Jeffrey Spender

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For the former Federal Court of Australia judge, see Jeffrey Spender (judge).
Jeffrey Spender
A man is dressed in a white shirt and black suit with a red and cream tie. An FBI badge is clipped on. Behind the man, there is a large poster featuring an UFO.
Chris Owens as Jeffrey Spender
First appearance "Patient X"
Last appearance "The Truth"
Portrayed by Chris Owens
Michal Suchanek (young)
Information
Occupation FBI Special agent
Birthname Jeffrey Frank Spender
Affiliated with Syndicate

FBI Special agent Jeffrey Frank Spender is a fictional character in the American Fox television series The X-Files, a science fiction show about a government conspiracy to hide or deny the truth of alien existence. Spender (along with his partner, Diana Fowley) was in control of the X-Files office after Fox Mulder's and Dana Scully's forced leaves in "The Beginning". The X-Files office is concerned with cases with particularly mysterious or possibly supernatural circumstances that were left unsolved and shelved by the FBI. Portrayed by Canadian actor Chris Owens, Spender was a recurring character during the fifth, sixth and final season of The X-Files.

Federal Bureau of Investigation Special agent Spender made his first appearance in the fifth season 1998 episode "Patient X". During his earlier appearances in the series, because of Mulder's belief in extraterrestrial life, Spender acted unfriendly towards him. But when re-appearing in the ninth season, Spender had moved on to respect and agree with Mulder's beliefs, which is proven to him in "Two Fathers", when he sees and helps to kill an alien rebel.

Character arc[edit]

Spender was a skeptic who was assigned to The X-Files after Fox Mulder's forced leave. Spender is the son of the "Cigarette Smoking Man", and the "Cigarette Smoking Man's" ex-wife, multiple abductee Cassandra Spender. Heavily involved in the Syndicate at that time, the "Cigarette Smoking Man" abandoned the family when Spender was 12 years old.[1] Subsequently, his mother was driven insane by what she claims were multiple alien abductions.[1] Shortly after Samantha Mulder was abducted and then returned, Jeffrey and Samantha were raised together by his father in California.[2] Spender met Agents Fox Mulder and Dana Scully in 1998. The same year, the "Cigarette Smoking Man" began sending him letters; however Spender returned them unopened.[1] After his father set fire on The X-Files in "The End", Spender with Agent Diana Fowley start working on the X-Files.[3] Spender got orders from the "Cigarette Smoking Man" to push and eventually get Mulder and Scully fired from the FBI, which he eventually does in "Two Fathers".[4] Later on he reinstates Mulder and Scully to The X-Files but is shot in the head and apparently killed by his father in "One Son".[5]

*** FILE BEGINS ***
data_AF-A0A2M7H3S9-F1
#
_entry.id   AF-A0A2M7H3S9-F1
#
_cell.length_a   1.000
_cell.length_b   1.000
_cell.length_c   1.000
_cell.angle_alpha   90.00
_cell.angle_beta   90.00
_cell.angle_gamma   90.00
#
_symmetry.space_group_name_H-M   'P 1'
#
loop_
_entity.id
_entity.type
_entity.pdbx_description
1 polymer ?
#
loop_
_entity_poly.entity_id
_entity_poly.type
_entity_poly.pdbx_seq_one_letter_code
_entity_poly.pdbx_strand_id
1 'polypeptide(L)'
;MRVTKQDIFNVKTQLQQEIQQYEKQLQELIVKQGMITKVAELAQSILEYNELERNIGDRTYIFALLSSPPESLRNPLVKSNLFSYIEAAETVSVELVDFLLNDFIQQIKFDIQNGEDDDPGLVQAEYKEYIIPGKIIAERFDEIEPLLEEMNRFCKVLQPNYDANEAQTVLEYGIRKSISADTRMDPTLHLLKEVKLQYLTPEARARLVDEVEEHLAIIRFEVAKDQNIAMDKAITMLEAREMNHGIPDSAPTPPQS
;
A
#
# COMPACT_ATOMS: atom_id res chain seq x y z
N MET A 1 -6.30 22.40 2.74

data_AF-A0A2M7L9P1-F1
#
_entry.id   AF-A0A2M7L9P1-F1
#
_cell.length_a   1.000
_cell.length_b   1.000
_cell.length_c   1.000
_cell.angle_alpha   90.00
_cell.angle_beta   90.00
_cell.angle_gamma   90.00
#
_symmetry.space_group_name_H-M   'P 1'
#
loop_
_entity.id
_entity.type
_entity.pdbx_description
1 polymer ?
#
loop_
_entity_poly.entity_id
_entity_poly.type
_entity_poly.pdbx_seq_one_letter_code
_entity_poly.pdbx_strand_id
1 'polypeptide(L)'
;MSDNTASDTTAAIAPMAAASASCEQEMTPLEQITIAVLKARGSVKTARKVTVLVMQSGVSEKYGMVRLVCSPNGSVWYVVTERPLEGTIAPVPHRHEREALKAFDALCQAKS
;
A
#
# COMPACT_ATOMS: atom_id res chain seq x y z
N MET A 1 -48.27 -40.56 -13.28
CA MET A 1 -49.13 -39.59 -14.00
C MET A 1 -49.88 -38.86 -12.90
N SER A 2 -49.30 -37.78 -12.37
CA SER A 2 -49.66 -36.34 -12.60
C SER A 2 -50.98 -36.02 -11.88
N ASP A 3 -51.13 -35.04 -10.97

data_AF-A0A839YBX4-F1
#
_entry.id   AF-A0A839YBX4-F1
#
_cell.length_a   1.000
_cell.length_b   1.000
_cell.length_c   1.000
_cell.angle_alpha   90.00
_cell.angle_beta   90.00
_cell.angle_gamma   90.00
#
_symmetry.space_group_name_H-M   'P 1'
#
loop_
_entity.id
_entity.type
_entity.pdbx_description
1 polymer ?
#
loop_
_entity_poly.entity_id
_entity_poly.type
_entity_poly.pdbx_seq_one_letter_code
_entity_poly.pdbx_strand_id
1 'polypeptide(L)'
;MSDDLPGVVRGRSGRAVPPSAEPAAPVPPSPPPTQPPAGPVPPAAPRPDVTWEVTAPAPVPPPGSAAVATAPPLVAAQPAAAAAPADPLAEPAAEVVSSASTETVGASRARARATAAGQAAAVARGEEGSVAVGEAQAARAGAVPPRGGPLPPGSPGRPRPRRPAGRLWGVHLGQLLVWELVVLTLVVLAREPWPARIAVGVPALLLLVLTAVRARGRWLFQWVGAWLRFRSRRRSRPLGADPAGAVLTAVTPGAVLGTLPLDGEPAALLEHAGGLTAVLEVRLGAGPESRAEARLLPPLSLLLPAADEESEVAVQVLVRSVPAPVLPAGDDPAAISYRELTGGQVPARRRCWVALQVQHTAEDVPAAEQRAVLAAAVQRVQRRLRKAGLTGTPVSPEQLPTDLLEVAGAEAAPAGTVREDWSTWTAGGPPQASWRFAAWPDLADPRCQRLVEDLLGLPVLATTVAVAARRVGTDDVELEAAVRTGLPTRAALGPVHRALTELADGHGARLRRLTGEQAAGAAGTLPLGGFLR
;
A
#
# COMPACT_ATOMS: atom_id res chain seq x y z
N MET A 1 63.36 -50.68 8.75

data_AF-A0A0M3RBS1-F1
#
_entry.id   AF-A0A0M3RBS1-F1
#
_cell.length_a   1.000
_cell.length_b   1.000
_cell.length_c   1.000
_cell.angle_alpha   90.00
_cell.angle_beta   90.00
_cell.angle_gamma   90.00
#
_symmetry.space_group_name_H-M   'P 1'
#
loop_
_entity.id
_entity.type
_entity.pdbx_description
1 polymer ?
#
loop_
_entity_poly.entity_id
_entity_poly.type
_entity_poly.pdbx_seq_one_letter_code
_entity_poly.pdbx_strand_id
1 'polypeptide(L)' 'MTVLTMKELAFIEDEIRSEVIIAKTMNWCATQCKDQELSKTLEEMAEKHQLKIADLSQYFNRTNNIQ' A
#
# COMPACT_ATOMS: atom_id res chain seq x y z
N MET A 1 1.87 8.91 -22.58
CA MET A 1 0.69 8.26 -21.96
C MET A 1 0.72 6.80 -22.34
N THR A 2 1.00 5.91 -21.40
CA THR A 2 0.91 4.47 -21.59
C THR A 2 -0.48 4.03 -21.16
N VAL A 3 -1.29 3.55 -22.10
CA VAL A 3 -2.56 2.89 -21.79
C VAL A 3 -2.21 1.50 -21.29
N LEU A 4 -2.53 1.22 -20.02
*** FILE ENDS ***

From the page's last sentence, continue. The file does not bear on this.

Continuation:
Three years later it is revealed in "William", that he survived the gunshot, but was subjected to horribly disfiguring experiments at the hand of his father. Posing as Mulder, he infiltrated Scully's house, and injected William with a magnetite substance to seemingly "cure" the baby of his telekinetic powers. The motivation or repercussions of his actions are never fully explained.[6] He testified for the defense during Mulder's murder trial in "The Truth". He also revealed during the trial that Teena Mulder was having an affair with the "Cigarette Smoking Man", and that he and Fox Mulder are half-brothers. A DNA test conducted on a disfigured Spender in the episode "William" initially led agents Scully, Doggett and Reyes to believe he was Mulder thus lending further credence to Spender's claim that both he and Mulder are the children of the "Cigarette Smoking Man".[7]

Conceptual history[edit]

Creation and early development[edit]

Chris Owens had previously portrayed the Cigarette Smoking Man in the episodes, "Musings of a Cigarette Smoking Man" and "Demons", he had portrayed The Great Mutato in "The Post-Modern Prometheus" on the show before being cast as Spender. Owens had also landed a guest role on The X-Files spin-off Millennium.[8] Chris Carter and David Duchovny were so pleased with his portrayal of The Great Mutato that he was picked for the role, without making an audition. Most of the crew members reacted positively to the selection.[9] When creating the character of Spender, Carter had no long term plans for Owens involvement, meaning that Spender's involvement wouldn't differ much from different previous recurring characters of the show.[10] Michal Suchanek made a small cameo appearance in "The Red and the Black" as a young version of Spender.[1]

However, as the fifth season's production period entered its final months, rumors began to circulate – especially among the production crew members in Vancouver, Canada – about the future of the series, particularly concerning whether the show would be moving to Los Angeles, California for the sixth season and whether the new recurring character of Jeffrey Spender was planned (in case David Duchovny cut back his commitment to the series) to become a replacement for Duchovny's character of Fox Mulder – either as a part-time or full-fledged substitute.[11] Other, contradictory rumors that Owens heard were that either he or Duchovny would appear in only eight episodes of the sixth season and that his casting as Spender was a sign that the series would either be leaving Vancouver or staying there.[11] According to the actor himself, he always knew that Duchovny would not be leaving the series but only discovered that The X-Files would indeed be moving to Los Angeles when the official announcement was made.[11]